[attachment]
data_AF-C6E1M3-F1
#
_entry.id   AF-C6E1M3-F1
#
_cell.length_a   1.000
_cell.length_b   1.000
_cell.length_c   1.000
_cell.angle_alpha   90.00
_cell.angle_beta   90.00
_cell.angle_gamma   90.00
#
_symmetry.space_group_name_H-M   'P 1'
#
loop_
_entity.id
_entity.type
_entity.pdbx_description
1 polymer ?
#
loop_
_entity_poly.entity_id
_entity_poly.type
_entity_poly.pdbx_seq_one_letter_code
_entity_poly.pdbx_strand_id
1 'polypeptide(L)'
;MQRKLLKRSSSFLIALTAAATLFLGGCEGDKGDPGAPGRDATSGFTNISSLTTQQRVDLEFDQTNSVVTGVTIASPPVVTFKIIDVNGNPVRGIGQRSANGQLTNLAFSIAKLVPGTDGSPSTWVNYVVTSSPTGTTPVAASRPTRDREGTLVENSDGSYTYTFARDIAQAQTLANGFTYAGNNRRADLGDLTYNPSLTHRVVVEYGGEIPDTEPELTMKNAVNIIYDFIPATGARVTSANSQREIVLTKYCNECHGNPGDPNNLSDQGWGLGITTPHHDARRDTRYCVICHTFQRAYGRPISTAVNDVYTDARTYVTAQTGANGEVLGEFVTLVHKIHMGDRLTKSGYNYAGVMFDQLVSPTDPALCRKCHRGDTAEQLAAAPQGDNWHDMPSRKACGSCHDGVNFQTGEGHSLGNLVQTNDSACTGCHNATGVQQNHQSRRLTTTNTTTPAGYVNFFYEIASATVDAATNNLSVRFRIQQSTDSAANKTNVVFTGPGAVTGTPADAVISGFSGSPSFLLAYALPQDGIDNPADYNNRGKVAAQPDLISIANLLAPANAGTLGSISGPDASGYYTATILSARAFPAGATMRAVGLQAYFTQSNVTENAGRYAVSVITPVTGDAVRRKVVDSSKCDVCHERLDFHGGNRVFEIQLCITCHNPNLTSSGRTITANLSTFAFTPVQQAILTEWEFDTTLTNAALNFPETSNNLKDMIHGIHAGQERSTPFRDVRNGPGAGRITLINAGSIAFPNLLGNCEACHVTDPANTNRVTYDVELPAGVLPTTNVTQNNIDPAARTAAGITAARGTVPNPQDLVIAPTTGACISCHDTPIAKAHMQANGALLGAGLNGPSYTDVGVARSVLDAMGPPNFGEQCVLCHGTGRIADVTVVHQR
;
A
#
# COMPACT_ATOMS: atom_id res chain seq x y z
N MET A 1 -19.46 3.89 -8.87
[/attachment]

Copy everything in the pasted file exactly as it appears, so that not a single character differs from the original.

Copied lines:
data_AF-C6E1M3-F1
#
_entry.id   AF-C6E1M3-F1
#
_cell.length_a   1.000
_cell.length_b   1.000
_cell.length_c   1.000
_cell.angle_alpha   90.00
_cell.angle_beta   90.00
_cell.angle_gamma   90.00
#
_symmetry.space_group_name_H-M   'P 1'
#
loop_
_entity.id
_entity.type
_entity.pdbx_description
1 polymer ?
#
loop_
_entity_poly.entity_id
_entity_poly.type
_entity_poly.pdbx_seq_one_letter_code
_entity_poly.pdbx_strand_id
1 'polypeptide(L)'
;MQRKLLKRSSSFLIALTAAATLFLGGCEGDKGDPGAPGRDATSGFTNISSLTTQQRVDLEFDQTNSVVTGVTIASPPVVTFKIIDVNGNPVRGIGQRSANGQLTNLAFSIAKLVPGTDGSPSTWVNYVVTSSPTGTTPVAASRPTRDREGTLVENSDGSYTYTFARDIAQAQTLANGFTYAGNNRRADLGDLTYNPSLTHRVVVEYGGEIPDTEPELTMKNAVNIIYDFIPATGARVTSANSQREIVLTKYCNECHGNPGDPNNLSDQGWGLGITTPHHDARRDTRYCVICHTFQRAYGRPISTAVNDVYTDARTYVTAQTGANGEVLGEFVTLVHKIHMGDRLTKSGYNYAGVMFDQLVSPTDPALCRKCHRGDTAEQLAAAPQGDNWHDMPSRKACGSCHDGVNFQTGEGHSLGNLVQTNDSACTGCHNATGVQQNHQSRRLTTTNTTTPAGYVNFFYEIASATVDAATNNLSVRFRIQQSTDSAANKTNVVFTGPGAVTGTPADAVISGFSGSPSFLLAYALPQDGIDNPADYNNRGKVAAQPDLISIANLLAPANAGTLGSISGPDASGYYTATILSARAFPAGATMRAVGLQAYFTQSNVTENAGRYAVSVITPVTGDAVRRKVVDSSKCDVCHERLDFHGGNRVFEIQLCITCHNPNLTSSGRTITANLSTFAFTPVQQAILTEWEFDTTLTNAALNFPETSNNLKDMIHGIHAGQERSTPFRDVRNGPGAGRITLINAGSIAFPNLLGNCEACHVTDPANTNRVTYDVELPAGVLPTTNVTQNNIDPAARTAAGITAARGTVPNPQDLVIAPTTGACISCHDTPIAKAHMQANGALLGAGLNGPSYTDVGVARSVLDAMGPPNFGEQCVLCHGTGRIADVTVVHQR
;
A
#
# COMPACT_ATOMS: atom_id res chain seq x y z
N MET A 1 -19.46 3.89 -8.87